I first met Andy’s maternal grandmother seven years ago. Andy and I had been dating almost a year and I was visiting him in Farnborough during the summer holidays. I had met his mum, dad and brother, but had yet to meet the grandparents when they invited us for a Sunday Roast. I was still in my “I only eat fish and fowl” phase. Of course Nanny made lamb. And by God, I ate it. I wouldn’t dream of being the strange American girl dating her grandson who didn’t eat lamb! Seven years later, it’s my favorite meat.
Bonded in lamb, Nanny and I have been close ever since. After Andy and I got married we moved to Woking, a twenty-minute drive from his hometown of Farnborough. We’d see Nanny and Grandad once every few weeks for a roast dinner, or if it was a weeknight meal, fish and chips.
A couple years later Andy and I moved to Farnborough, less than a mile from his grandparents’ house and our visits became more frequent. I would often visit for a cup of tea or lunch. Nanny taught me how to knit and shared some of her recipes with me in the kitchen. At a time when I was family-less, Nanny and Grandad took me in as one of their own.
Nanny and I are kindred spirits. She is headstrong (like me), opinionated (like me), knows what she wants (yup) and she loves a good chin wag over a cup of tea (me again). I have always held her in high regard. She raised four lovely daughters, kept a beautiful home and garden, cooked three meals a day, and worked for many years. But the thing I love the most about Nanny is her cooking. She is a traditional English cook: no frills, bells or whistles. Nanny’s food is good and hearty, reflecting both British climate and temperament. It bespeaks bygone days and British sensibility: food that nurtures, warms, heals.
When we moved to Malawi and then ultimately back to America, I knew it would be Nanny I would miss the most. Last week Andy and I went back to England for the first time in a year and half. It was a joyous reunion. Nanny cooked her classics, English breakfasts and roast dinners. But she whipped up a surprise, something she had never made for us: Bread Pudding. This version is more like a bar, brownie shape and texture. One more of Nanny’s recipes that I will always cherish.
Amber | Bluebonnets & Brownies says
I wish I’d had a chance to meet Andy’s Nan before you moved back. Hopefully I will some day. She sounds wonderful, and not unlike my own nan. I already love her. (P.S. she’s the reason I put marmite in my gravy, and that’s a fantastic thing!)
Valerie @ Life 4 me by me says
I wish I had an English nanny. She sounds amazing. Looking forward to trying the bread pudding. Thanks you for sharing.
A wonderful post! Thanks for sharing… about Nanny and the bread pudding. Family recipes are the best…
Julie Potter says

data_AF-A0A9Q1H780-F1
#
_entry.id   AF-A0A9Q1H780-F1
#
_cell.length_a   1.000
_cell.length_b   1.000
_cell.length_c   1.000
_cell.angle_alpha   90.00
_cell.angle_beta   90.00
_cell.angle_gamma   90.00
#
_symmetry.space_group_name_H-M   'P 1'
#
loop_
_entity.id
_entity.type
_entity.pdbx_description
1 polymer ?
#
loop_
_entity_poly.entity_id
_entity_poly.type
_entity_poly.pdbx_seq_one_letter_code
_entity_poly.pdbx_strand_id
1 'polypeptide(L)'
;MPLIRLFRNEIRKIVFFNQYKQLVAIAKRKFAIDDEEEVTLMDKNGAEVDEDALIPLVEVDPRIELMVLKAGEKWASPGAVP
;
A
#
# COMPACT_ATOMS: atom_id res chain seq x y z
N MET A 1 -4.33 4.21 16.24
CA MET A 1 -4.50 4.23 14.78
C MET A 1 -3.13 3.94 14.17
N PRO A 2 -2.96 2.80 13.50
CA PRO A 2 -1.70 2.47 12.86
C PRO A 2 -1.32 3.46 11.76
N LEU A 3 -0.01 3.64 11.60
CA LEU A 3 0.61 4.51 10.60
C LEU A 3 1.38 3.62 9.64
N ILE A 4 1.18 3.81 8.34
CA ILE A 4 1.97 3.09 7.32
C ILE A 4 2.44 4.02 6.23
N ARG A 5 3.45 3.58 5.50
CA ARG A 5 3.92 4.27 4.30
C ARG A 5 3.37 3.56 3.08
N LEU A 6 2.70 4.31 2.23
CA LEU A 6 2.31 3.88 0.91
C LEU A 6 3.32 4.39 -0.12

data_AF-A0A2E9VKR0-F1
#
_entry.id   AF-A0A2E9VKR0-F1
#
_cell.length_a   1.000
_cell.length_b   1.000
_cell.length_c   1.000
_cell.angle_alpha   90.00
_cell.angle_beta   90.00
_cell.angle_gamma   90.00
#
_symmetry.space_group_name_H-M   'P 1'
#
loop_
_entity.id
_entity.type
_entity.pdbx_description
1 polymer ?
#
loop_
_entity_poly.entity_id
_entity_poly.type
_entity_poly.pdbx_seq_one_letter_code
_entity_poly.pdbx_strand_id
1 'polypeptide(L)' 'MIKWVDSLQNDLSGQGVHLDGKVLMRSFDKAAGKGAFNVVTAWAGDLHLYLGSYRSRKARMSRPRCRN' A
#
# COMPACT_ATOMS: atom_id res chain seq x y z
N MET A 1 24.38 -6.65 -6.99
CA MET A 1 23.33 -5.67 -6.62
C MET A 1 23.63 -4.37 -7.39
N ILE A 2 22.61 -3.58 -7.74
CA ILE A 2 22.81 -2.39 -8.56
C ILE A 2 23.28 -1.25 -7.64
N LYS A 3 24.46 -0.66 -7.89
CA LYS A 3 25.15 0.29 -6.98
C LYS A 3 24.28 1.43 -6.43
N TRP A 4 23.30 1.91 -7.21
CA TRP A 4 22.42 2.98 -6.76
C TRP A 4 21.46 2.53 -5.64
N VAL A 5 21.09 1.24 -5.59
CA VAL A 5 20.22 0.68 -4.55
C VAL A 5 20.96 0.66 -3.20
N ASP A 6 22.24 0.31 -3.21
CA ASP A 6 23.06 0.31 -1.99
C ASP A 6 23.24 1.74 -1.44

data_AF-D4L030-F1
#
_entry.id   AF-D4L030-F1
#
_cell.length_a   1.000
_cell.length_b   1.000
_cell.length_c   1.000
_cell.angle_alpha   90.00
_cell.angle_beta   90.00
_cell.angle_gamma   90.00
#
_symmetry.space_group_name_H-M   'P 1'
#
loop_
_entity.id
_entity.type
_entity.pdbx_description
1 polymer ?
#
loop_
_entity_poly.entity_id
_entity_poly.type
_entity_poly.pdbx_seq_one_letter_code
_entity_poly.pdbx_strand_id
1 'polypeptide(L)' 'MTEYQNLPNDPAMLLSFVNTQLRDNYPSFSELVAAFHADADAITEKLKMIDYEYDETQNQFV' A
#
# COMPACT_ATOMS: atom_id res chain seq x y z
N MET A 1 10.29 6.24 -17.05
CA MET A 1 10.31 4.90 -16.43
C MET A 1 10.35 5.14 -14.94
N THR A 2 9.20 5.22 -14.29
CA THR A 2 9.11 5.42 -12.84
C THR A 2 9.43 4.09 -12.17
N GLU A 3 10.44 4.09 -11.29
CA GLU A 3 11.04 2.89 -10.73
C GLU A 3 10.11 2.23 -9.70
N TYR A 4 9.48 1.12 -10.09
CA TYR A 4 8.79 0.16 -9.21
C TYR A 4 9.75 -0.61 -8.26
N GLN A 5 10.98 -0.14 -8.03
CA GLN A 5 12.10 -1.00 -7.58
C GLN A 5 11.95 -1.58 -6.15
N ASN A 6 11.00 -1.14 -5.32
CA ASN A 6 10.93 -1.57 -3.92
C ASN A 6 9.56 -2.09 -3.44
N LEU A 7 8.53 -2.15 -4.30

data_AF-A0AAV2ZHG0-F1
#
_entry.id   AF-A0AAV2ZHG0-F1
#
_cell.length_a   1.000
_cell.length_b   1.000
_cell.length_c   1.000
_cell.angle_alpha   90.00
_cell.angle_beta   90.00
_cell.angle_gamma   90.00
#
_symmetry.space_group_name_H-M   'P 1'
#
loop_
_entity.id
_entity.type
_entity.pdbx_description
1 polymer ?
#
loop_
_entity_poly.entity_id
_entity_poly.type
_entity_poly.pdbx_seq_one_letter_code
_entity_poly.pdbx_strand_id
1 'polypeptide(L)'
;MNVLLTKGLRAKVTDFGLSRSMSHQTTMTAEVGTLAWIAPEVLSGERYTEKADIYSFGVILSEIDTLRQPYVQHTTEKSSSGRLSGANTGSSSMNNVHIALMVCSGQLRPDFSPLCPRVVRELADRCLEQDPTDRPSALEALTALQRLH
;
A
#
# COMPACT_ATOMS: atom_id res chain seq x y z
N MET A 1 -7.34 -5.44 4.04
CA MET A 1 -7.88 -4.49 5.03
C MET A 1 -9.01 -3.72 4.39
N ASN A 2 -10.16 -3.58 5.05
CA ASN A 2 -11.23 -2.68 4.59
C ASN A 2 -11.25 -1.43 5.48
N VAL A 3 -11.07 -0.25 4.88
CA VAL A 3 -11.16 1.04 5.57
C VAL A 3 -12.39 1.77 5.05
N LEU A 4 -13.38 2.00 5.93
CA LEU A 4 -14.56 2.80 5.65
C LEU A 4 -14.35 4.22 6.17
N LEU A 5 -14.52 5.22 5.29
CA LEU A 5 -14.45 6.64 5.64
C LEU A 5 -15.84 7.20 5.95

Maggy…share this with Andy, I still have this joyous vision of remembrance; Nanny entering and later exiting the church on your beautiful wedding day. She had such “a grace” about her…her demeanor…the way she carried herself…her radiant face…chin held high as the congregation sang Jerusalem, my happy home. A remembrance of an event now passed and never to be forgotten!Glad you were able to visit Andy’s homeland recently!
The snow and ice here in Darien remind me of creamy meringue that is frozen by the cold air!
What a winter we are experiencing! Love, JULIE ~
Julie Potter says
I muststand corrected on hymn sung during the wedding ceremony…’twas William Blake’s Jerusalem…of course! “England’s geeen & pleasant land.” Julie ~ xox
“She is a traditional English cook: no frills, bells or whistles. Nanny’s food is good and hearty, reflecting both British climate and temperament. It bespeaks bygone days and British sensibility: food that nurtures, warms, heals.”
The older I get, the more I appreciate this kind of food and cooking.
What a lovely lady! I’m with Valerie — I wish I had a nanny to make bread pudding for me! will definitely try this one.
barbara cissell says
That Pastitsio was out of this world.It was even better than “you know what.”
Becca Rothaug says
Thanks for sharing your cherished bread pudding recipe! Nanny sure sounds like a spirited, lovely woman to have in your lives. With the bread’s soak in water and no milk or cream in the ingredients, this is unlike any bread pudding recipe I’ve ever seen. I’m very intrigued!
Barbara C. mentioned a pastitsio thats sounds amazing. I searched for the recipe on the site, but no luck. Any chance it’s here and I missed it? Funny, I was just looking for this recipe last week but never decided on any I saw online.
I love, love, love your blog, and how you are writing it together as a family. It’s truly inspired and I learn something every time I stop by. Thank you!
At some point soon we’ll run the pastitsio recipe on our site, but for now, just head to USA Weekend. Here’s the link:
Heartwarming! What we won’t do for love, family, and just trying to do the right thing in a “situation” on behalf of others. And now you enjoy lamb too. A Win – Win!
My friend found your blog, knew immediately that I would love it and sent me the link. She was right. 🙂 I love this post so much and could reach through the screen and give your Nanny a good, tight hug. 🙂 What a fantastic woman to love and care for you so beautifully when you were far from home. 🙂
Your post brought back such delightful memories for me. I had the wonderful opportunity to work and live in Odiham (a hop, skip and jump NW of Farnham) for 3 months in 2002. We visited Farnham on one of my rare days off, taking in an antique’s bazaar and visiting various shops. I thoroughly enjoyed it. I enjoyed the food (don’t know why pub food has such a bad rep), enjoyed the people, enjoyed the countryside. Was sad to leave when we moved our operation to London for the next phase. Would love to visit again. Thanks for sharing about your English granny…it made my day!